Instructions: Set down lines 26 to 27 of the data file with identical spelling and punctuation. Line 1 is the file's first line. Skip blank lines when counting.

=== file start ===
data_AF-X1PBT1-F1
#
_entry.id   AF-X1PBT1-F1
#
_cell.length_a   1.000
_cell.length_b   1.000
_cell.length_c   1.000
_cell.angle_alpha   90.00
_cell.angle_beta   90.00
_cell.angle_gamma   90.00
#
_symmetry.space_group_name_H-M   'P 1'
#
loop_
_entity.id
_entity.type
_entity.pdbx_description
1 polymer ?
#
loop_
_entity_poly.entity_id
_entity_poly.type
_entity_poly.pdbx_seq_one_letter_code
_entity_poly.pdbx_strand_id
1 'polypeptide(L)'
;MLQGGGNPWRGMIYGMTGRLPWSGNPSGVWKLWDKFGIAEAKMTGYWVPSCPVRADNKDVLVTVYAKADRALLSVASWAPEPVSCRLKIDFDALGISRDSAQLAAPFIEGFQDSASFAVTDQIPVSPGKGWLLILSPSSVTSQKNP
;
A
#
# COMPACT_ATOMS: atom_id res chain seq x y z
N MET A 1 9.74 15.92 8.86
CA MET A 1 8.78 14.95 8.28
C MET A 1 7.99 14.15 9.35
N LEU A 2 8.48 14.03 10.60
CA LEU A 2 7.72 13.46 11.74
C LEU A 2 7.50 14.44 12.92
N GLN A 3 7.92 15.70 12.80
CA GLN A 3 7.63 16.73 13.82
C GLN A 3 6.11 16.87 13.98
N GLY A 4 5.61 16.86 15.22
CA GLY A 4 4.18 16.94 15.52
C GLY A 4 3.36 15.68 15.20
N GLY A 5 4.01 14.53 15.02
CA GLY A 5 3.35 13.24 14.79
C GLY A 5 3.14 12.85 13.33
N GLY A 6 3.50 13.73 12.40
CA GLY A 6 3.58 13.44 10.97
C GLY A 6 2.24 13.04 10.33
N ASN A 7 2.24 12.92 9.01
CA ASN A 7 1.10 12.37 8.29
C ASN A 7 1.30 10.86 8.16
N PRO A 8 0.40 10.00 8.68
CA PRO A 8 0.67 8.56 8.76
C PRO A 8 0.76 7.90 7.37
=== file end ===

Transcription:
;MLQGGGNPWRGMIYGMTGRLPWSGNPSGVWKLWDKFGIAEAKMTGYWVPSCPVRADNKDVLVTVYAKADRALLSVASWAPEPVSCRLKIDFDALGISRDSAQLAAPFIEGFQDSASFAVTDQIPVSPGKGWLLILSPSSVTSQKNP
;